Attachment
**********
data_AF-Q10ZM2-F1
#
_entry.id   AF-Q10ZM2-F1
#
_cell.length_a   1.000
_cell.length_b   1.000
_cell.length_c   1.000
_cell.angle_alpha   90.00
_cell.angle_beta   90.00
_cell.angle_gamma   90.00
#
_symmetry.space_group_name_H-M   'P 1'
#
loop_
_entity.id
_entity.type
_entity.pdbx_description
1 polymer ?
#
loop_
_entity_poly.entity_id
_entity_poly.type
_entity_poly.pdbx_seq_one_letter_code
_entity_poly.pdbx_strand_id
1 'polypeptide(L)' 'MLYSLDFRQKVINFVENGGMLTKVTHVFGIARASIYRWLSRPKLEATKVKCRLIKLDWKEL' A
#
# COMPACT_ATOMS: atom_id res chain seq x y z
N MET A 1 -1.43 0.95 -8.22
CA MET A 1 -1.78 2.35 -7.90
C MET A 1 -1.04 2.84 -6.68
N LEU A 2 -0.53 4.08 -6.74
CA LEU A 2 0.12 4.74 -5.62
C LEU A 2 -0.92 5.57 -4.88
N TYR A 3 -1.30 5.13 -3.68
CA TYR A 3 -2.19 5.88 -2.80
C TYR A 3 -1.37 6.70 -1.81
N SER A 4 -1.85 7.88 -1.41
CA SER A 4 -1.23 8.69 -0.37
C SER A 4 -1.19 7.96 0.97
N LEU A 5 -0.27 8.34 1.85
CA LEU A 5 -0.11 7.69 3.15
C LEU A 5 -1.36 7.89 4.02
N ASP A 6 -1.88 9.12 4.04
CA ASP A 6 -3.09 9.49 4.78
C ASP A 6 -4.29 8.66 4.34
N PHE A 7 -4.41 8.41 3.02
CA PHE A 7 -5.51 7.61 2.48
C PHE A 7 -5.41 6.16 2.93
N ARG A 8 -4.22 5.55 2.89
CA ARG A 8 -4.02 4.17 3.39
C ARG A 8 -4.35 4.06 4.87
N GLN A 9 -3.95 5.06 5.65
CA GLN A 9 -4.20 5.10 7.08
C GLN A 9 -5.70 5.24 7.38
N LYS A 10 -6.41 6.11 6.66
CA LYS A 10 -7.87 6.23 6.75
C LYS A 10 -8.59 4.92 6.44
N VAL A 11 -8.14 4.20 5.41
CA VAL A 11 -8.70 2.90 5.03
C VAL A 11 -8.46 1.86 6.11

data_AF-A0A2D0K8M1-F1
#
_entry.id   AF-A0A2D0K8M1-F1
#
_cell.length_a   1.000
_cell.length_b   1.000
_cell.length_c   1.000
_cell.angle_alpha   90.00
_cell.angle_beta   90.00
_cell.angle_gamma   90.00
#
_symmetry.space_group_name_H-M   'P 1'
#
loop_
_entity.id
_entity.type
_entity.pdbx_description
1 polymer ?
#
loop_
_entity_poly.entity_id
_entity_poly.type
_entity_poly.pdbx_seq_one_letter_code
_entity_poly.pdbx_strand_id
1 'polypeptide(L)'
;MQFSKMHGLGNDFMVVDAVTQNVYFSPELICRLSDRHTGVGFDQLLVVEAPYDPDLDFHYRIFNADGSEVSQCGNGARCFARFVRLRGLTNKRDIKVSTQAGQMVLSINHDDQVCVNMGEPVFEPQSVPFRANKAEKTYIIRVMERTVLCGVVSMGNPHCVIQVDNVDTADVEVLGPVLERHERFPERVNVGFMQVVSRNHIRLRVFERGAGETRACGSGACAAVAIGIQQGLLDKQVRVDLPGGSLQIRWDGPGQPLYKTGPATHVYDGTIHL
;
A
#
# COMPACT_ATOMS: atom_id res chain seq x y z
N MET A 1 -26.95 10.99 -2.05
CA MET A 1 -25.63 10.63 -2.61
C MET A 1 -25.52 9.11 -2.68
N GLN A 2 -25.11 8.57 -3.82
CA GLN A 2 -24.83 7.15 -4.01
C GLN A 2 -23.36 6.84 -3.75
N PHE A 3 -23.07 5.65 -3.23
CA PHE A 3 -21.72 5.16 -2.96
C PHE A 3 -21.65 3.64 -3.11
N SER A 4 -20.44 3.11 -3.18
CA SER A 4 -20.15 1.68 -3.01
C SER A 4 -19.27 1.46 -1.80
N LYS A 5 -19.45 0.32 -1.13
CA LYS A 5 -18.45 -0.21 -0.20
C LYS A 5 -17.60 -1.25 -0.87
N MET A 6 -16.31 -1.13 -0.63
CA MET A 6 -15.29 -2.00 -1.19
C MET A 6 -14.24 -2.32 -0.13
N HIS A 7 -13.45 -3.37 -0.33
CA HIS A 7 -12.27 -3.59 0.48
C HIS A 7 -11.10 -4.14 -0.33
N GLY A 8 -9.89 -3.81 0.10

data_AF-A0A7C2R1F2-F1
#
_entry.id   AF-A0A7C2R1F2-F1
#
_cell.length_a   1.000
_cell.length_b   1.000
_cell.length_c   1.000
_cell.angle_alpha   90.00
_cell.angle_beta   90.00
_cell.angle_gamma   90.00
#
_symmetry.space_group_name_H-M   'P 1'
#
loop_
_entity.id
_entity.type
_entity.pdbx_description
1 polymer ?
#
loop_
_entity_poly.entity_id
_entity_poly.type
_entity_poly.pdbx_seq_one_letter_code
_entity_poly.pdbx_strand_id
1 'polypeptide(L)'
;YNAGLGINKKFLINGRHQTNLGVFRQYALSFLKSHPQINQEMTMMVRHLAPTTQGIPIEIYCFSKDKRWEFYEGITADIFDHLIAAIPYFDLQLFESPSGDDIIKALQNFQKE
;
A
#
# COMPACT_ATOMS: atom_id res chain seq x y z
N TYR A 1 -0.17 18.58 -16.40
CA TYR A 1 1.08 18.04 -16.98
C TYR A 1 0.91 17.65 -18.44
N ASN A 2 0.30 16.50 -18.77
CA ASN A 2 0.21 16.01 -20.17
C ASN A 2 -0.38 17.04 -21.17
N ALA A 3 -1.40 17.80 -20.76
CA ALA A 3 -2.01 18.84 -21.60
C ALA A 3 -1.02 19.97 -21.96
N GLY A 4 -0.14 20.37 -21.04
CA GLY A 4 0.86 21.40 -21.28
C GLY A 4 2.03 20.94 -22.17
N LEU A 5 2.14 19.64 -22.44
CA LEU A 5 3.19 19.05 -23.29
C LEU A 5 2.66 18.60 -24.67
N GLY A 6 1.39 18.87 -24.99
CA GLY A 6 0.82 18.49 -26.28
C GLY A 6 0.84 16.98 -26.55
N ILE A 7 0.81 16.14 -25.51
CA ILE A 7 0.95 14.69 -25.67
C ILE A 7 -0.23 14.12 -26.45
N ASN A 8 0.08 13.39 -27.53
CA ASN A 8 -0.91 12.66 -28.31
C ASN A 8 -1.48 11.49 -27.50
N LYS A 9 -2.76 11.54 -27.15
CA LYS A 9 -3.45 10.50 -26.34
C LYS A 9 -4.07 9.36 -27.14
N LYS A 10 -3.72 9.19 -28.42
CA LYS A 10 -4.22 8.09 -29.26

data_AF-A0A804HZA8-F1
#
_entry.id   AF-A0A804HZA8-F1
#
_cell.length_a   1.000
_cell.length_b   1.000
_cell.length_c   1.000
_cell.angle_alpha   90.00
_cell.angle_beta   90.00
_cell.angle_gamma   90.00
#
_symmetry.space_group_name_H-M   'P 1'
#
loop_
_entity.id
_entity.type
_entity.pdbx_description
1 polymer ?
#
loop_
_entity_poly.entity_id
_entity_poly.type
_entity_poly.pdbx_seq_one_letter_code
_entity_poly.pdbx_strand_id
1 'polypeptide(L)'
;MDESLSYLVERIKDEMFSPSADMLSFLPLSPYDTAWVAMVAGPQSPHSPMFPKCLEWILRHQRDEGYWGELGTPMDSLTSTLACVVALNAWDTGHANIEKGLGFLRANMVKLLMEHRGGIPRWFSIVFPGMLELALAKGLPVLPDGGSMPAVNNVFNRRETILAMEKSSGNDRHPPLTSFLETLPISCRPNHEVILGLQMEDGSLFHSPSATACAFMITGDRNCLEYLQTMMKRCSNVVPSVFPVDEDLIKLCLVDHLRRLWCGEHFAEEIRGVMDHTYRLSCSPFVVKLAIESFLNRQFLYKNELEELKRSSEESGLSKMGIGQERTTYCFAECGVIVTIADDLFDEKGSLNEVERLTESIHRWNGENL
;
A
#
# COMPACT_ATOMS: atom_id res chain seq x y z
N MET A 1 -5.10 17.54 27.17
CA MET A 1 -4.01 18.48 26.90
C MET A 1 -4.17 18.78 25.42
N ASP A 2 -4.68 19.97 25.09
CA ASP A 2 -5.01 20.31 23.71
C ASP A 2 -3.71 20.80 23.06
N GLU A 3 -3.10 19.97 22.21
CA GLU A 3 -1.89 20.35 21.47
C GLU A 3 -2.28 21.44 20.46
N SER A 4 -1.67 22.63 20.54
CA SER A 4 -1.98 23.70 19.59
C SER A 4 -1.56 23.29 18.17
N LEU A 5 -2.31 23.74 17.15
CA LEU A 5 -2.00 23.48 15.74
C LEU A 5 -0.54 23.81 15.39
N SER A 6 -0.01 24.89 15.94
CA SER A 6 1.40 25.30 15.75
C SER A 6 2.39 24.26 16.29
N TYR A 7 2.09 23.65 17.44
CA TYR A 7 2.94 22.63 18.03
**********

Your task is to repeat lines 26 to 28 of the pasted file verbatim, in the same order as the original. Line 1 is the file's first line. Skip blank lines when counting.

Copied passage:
#
# COMPACT_ATOMS: atom_id res chain seq x y z
N MET A 1 -1.43 0.95 -8.22